My precious daughter texts from her office and we volley back and forth as I try to provide support for a work related decision she has had to make and the ramifications thereof. It’s snowing harder outside and I start to feel a familiar feeling that I can’t yet place. I am feeling so glad that I am home today and I can be at the other end of these emails and texts. And then of course it hits. Just before my father died, on a snowy winter day, I was a new therapist sitting in my new office, having just realized that the system I was working for–and health care in general–was a sea of shark infested waters, that maybe I had made a huge mistake, and in the midst of a panic attack I called my father. Now retired, infirm, sitting in his recliner watching the snow from his own window, he spent time reassuring me that I was fine. That systems suck. That I was above all the crap that was going on, and then he told me…. “You always have us.” Of course, I didn’t, at least not at the end of the phone line. He had not always been that supportive, but he had mellowed into a wise old man, not much older than I am now, and very much like how I am trying to be for my own daughter. The dog looks on in horror as I sob into the sleeve of my hoodie instead of taking him out for a frolic.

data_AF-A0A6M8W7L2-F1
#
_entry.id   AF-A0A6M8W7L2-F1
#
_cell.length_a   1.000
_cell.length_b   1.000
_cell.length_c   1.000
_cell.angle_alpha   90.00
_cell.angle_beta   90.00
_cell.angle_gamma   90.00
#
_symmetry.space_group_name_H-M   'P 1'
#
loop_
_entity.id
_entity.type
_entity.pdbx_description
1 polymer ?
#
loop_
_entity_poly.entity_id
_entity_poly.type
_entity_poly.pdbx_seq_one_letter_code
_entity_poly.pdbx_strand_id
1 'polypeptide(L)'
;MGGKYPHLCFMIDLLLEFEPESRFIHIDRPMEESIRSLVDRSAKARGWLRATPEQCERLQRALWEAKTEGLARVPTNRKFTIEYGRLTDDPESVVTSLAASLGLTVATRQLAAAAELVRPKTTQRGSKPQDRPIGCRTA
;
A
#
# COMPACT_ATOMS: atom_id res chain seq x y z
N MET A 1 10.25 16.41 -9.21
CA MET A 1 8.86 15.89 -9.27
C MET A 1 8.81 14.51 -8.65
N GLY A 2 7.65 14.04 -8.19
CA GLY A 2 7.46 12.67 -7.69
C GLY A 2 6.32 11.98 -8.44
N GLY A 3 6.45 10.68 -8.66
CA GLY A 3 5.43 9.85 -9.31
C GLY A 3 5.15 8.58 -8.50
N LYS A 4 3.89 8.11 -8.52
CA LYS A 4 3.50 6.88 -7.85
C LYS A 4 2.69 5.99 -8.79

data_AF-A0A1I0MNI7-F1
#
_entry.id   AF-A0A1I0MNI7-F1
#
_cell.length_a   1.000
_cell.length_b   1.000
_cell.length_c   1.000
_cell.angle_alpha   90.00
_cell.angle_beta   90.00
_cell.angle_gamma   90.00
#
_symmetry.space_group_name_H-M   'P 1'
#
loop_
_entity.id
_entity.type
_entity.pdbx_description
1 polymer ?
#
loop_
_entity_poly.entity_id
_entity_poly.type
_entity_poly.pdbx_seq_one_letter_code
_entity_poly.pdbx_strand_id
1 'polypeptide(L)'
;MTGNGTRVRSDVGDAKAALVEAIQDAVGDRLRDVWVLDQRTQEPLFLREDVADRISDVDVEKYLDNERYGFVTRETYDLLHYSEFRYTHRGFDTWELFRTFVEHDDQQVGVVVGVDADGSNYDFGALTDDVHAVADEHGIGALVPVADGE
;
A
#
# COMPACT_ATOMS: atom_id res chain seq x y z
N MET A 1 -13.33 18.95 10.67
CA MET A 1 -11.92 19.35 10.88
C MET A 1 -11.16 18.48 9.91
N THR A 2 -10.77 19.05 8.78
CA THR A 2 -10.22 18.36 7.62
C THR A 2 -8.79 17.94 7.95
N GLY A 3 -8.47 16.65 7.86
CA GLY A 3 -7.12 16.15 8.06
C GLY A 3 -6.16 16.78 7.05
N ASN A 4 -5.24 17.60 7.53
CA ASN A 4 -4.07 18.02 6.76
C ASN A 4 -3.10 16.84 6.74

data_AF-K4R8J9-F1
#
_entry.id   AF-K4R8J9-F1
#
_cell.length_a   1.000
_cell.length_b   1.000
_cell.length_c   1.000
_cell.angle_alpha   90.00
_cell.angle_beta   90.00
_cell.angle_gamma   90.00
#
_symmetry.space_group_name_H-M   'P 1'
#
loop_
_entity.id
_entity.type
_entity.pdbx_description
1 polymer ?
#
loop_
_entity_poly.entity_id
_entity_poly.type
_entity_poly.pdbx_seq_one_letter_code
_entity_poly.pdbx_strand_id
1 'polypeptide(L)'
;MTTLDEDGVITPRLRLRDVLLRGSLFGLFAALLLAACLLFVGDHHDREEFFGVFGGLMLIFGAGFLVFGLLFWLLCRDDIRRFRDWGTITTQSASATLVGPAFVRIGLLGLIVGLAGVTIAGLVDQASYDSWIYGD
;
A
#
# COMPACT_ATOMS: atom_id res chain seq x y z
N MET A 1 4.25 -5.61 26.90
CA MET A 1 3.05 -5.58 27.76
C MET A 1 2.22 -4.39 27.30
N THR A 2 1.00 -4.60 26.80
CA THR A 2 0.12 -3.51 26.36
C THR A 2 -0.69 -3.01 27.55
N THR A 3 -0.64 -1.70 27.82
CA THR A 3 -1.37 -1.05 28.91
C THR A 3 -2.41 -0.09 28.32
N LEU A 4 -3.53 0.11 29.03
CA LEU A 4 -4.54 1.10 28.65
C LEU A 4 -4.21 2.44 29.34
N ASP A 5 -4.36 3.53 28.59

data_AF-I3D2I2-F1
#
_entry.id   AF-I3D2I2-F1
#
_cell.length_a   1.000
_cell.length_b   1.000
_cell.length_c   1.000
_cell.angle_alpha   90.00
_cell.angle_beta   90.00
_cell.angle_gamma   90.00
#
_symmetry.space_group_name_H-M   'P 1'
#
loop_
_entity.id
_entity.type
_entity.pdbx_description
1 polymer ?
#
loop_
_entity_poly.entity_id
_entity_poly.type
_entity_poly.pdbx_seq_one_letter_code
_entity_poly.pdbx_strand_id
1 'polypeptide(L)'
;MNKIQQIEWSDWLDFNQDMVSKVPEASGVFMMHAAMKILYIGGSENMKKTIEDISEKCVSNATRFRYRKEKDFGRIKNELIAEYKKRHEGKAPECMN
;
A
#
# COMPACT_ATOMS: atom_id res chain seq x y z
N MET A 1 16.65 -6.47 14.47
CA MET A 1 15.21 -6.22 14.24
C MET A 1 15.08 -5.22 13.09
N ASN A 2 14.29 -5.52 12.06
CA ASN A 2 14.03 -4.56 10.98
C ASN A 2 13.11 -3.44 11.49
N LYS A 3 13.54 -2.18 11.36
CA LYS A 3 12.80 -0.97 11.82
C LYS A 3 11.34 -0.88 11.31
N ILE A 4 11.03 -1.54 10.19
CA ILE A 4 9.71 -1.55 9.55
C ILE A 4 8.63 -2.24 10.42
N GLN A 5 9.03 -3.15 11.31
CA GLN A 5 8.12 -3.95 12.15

Shortly after that phone call with my father, maybe a week or two, on an equally snowy night, he died suddenly, his generous and crazy heart exploding while he watched Wheel of Fortune and now every year as winter approaches, I get a tic either in my left thumb or my right eye. It’s already been and gone this year so I figured we were pretty much done with the grieving.  Although I know better. Grief has it’s own shape and takes it’s own time. And when it surprises us it’s like we have that person back, even for a moment or two.

Anyway, here’s to all of us who have had losses near and far, old and new. Take your time, be kind to yourselves.

IMG_8427.JPG

Some great books on grief and writing about it…….